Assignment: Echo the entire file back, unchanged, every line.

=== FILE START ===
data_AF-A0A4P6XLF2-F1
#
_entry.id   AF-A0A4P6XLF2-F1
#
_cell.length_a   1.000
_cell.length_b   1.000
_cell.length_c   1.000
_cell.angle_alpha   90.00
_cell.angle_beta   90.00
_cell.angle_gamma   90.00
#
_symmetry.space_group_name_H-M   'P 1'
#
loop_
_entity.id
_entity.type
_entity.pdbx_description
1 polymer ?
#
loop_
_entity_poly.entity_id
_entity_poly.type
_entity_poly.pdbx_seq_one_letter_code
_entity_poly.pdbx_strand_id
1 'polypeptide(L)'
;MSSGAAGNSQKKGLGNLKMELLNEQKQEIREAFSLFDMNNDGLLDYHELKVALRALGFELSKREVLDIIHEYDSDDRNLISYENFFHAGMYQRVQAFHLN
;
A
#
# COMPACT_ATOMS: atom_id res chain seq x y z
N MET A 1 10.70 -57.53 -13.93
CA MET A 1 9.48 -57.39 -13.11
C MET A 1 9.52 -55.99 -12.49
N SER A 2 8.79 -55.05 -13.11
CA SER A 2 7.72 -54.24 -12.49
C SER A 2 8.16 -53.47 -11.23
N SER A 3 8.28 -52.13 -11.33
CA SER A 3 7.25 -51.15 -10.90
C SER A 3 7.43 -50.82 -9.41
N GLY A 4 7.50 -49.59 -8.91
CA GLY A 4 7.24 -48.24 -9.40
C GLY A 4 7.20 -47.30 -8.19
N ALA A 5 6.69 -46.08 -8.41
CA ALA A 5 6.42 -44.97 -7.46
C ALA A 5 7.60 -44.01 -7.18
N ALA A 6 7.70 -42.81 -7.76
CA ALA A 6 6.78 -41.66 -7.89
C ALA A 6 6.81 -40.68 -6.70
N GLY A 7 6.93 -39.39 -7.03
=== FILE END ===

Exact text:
data_AF-A0A4P6XLF2-F1
#
_entry.id   AF-A0A4P6XLF2-F1
#
_cell.length_a   1.000
_cell.length_b   1.000
_cell.length_c   1.000
_cell.angle_alpha   90.00
_cell.angle_beta   90.00
_cell.angle_gamma   90.00
#
_symmetry.space_group_name_H-M   'P 1'
#
loop_
_entity.id
_entity.type
_entity.pdbx_description
1 polymer ?
#
loop_
_entity_poly.entity_id
_entity_poly.type
_entity_poly.pdbx_seq_one_letter_code
_entity_poly.pdbx_strand_id
1 'polypeptide(L)'
;MSSGAAGNSQKKGLGNLKMELLNEQKQEIREAFSLFDMNNDGLLDYHELKVALRALGFELSKREVLDIIHEYDSDDRNLISYENFFHAGMYQRVQAFHLN
;
A
#
# COMPACT_ATOMS: atom_id res chain seq x y z
N MET A 1 10.70 -57.53 -13.93
CA MET A 1 9.48 -57.39 -13.11
C MET A 1 9.52 -55.99 -12.49
N SER A 2 8.79 -55.05 -13.11
CA SER A 2 7.72 -54.24 -12.49
C SER A 2 8.16 -53.47 -11.23
N SER A 3 8.28 -52.13 -11.33
CA SER A 3 7.25 -51.15 -10.90
C SER A 3 7.43 -50.82 -9.41
N GLY A 4 7.50 -49.59 -8.91
CA GLY A 4 7.24 -48.24 -9.40
C GLY A 4 7.20 -47.30 -8.19
N ALA A 5 6.69 -46.08 -8.41
CA ALA A 5 6.42 -44.97 -7.46
C ALA A 5 7.60 -44.01 -7.18
N ALA A 6 7.70 -42.81 -7.76
CA ALA A 6 6.78 -41.66 -7.89
C ALA A 6 6.81 -40.68 -6.70
N GLY A 7 6.93 -39.39 -7.03